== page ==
Mechanical engineering professor Lydia Sohn is developing a simple blood test to reduce, or even eliminate, the need for invasive biopsy. Sohn’s test targets rogue cancer cells that carry the markers of a metastasizing tumor. She calls the search for these cells a needle-in-a-haystack problem: a blood sample might contain billions of cells, but only a handful are cancerous.
To isolate cancer cells, Sohn is building a microfluidic device that sits on a simple printed circuit board. Inertial and acoustic forces sort blood cells by size — cancer cells are larger than red blood cells and the majority of white blood cells — and don’t damage or alter the properties of the sample in a way that simple filtering or applying protein signatures might. Once the cells are sorted, they can be tested for biochemical and mechanical markers, revealing information about a cancer’s status.
Despite years of research, robots remain remarkably clumsy. But it may be possible to facilitate deep learning of robust robotic grasping and train robots using a synthetic dataset of 6.7 million point clouds generated from thousands of 3-D models, according to recent work by published by industrial engineering and operations research professor Ken Goldberg and Ph.D. student Jeff Mahler from the Berkeley Laboratory for Automation Science and Engineering (or AUTOLAB). Traditional robots are programmed by painstaking human coding; now, with the right data, the traditional machine-learning curve can be shrunk from months to days. “Dex-Net 2.0 achieves 99 percent precision,” Goldberg says. “That includes many difficult-to-grasp objects it was not trained on, such as an old sneaker and a piece of fabric.”
Better robot dexterity has immediate applications for factories and warehouses. Looking ahead, teachable robots might also be welcomed into hospitals and homes.
As a Ph.D. student, Ren Ng worked on light field camera technology. A light field camera uses a new kind of sensor to capture fundamentally more information than a traditional camera — the four-dimensional field of light flowing along every ray into the camera as opposed to conventional two-dimensional images. Since a light field photograph contains more detailed image data, the technology allows a user to manipulate depth of field and focus in post-production, among other things.
After graduating from Stanford in 2006, Ng launched Lytro, a company that commercialized his doctoral research and brought consumer light field cameras to market. Today, the company is known for building camera systems for high-quality virtual reality and cinema. In 2015, Ng joined the electrical engineering and computer sciences faculty and is applying his expertise to computer vision, virtual reality and neuroimaging.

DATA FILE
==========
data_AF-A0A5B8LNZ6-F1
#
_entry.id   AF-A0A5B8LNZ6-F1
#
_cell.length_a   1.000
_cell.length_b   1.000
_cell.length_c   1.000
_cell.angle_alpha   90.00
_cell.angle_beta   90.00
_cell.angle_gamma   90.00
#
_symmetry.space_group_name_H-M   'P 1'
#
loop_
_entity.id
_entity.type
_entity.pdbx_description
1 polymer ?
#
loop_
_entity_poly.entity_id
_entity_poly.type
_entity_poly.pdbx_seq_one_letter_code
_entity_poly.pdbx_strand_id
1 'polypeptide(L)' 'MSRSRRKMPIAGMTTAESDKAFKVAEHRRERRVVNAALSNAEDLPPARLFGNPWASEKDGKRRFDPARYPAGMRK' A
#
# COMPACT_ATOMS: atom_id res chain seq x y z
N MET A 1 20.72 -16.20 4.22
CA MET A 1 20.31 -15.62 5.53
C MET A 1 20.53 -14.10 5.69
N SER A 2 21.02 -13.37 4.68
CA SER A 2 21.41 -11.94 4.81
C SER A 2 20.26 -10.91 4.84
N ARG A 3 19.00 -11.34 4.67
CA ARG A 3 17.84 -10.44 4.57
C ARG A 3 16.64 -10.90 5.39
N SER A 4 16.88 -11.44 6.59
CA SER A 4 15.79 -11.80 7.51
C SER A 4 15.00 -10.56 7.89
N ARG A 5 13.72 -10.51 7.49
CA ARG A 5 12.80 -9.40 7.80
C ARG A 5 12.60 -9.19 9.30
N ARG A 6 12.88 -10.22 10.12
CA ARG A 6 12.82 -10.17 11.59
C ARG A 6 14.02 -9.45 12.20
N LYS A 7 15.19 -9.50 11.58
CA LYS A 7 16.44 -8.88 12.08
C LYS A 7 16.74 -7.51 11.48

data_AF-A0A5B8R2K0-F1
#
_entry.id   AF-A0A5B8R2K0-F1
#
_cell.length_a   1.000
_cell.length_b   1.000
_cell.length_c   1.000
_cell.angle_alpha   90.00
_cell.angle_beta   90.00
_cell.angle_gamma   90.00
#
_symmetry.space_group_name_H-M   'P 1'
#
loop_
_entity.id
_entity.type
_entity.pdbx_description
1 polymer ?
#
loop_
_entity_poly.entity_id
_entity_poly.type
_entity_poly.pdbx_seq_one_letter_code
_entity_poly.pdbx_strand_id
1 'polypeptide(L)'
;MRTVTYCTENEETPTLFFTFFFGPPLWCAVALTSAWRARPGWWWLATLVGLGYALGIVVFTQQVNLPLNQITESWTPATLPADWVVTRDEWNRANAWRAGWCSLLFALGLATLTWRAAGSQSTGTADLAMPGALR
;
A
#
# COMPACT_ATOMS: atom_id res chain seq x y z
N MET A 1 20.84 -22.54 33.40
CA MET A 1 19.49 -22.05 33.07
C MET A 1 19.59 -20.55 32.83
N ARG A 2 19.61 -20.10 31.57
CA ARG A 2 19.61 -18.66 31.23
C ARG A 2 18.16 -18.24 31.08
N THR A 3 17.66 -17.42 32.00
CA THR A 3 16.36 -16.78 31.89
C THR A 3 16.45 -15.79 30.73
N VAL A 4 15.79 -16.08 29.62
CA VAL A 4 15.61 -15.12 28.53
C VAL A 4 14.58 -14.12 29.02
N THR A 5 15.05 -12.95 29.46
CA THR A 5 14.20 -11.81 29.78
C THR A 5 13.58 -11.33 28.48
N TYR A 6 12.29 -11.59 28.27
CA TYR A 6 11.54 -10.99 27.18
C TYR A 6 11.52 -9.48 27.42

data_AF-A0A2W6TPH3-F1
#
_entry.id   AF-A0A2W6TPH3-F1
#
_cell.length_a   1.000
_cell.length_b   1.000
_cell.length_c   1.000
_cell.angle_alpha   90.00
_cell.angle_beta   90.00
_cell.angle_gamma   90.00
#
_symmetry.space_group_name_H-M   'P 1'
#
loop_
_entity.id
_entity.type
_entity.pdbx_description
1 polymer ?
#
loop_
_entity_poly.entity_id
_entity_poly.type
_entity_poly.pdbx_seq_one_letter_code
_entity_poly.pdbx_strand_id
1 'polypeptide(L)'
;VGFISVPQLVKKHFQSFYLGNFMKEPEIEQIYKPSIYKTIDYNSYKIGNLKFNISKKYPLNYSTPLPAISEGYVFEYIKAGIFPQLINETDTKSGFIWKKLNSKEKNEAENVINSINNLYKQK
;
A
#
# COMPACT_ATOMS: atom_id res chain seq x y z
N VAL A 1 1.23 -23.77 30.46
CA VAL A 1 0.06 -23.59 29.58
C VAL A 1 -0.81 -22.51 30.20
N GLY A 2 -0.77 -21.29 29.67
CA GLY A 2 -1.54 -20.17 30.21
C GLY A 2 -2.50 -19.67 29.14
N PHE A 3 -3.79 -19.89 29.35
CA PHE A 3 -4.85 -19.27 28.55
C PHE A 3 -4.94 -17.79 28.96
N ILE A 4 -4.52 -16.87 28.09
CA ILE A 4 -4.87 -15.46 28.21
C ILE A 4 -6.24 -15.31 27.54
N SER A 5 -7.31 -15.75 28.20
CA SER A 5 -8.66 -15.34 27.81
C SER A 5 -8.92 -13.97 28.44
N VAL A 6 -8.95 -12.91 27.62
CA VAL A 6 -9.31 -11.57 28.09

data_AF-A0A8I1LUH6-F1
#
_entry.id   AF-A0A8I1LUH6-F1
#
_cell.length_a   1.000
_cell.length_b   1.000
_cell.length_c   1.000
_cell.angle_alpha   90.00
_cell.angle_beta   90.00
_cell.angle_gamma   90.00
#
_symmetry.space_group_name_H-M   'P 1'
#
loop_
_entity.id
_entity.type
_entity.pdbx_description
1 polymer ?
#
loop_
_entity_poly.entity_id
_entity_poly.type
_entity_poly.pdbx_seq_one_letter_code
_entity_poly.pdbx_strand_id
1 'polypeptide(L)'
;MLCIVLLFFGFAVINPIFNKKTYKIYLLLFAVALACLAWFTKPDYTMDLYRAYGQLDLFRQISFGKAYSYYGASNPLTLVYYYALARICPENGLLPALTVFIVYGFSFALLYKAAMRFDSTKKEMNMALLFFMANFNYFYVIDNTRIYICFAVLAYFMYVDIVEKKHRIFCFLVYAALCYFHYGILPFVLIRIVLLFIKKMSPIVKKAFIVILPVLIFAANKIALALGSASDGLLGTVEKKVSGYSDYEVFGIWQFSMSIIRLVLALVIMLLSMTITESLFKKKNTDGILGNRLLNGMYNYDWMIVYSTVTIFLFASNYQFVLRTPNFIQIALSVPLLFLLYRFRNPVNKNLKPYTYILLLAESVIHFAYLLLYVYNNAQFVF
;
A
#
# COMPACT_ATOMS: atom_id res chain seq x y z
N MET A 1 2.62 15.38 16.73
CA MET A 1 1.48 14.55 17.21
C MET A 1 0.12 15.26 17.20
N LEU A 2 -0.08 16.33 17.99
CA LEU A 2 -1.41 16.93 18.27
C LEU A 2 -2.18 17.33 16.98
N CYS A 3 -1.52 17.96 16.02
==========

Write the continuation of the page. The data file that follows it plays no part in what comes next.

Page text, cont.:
As part of research funded by the National Science Foundation, Ng is rethinking the way that hardware and software can be combined to fully capture light and produce images containing more information. Target applications for such computational imaging systems include everything from miniaturized lenses to cameras for virtual reality capture to imaging the brain.
Electrical engineering and computer sciences professor Ana Claudia Arias sees a disconnect between the way our electronics are currently built and the way we use them. Her proposal: design and build devices that can conform to our bodies. Specifically, she is looking for ways to change how medical diagnostics are performed.
“At Berkeley, we are bringing this vision of flexible, lightweight electronics to magnetic resonance imaging (MRI),” Arias said during a World Economic Forum talk. Current MRI technologies are good at producing images related to soft tissue health and function, but because of the way the machines are set up — the coils that produce the images are not immediately next to the body — the process can take some time.
Currently, Arias is experimenting with developing flexible electronics by using a method similar to how silkscreen t-shirts are made. Instead of ink, electronics are joined to flexible membranes, which can then be manipulated into a variety of shapes.
If human bodies are made up of molecular machines cycling through biological processes, then proteins are the fuel for life. Because of the role that proteins play in the way a body functions — they contain genetic information, ignite metabolic reactions and transport critical material — they are useful biomarkers. Almost like time-stamped data packets, proteins contain crucial information, including the state of an illness, even one that may not be showing outwardly. The problem is that these windows into overall health are like stars in the night sky: there are millions of proteins in a human body, and they are constantly changing.
“How do you measure proteins in a packet of life that is so small and so inaccessible?” bioengineering professor Amy Herr is fond of asking when presenting her work to build microfluidic tools capable of measuring proteins in each individual cell — among thousands of cells — all at once. The answer, it turns out, is found inside of a smart phone.
This time, it’s not an app, but the way that cell phones and other mobile devices are manufactured that is useful. As part of her research, Herr is trying to figure out how to build new diagnostic equipment using the same advanced manufacturing processes used to build the electronics inside mobile phones.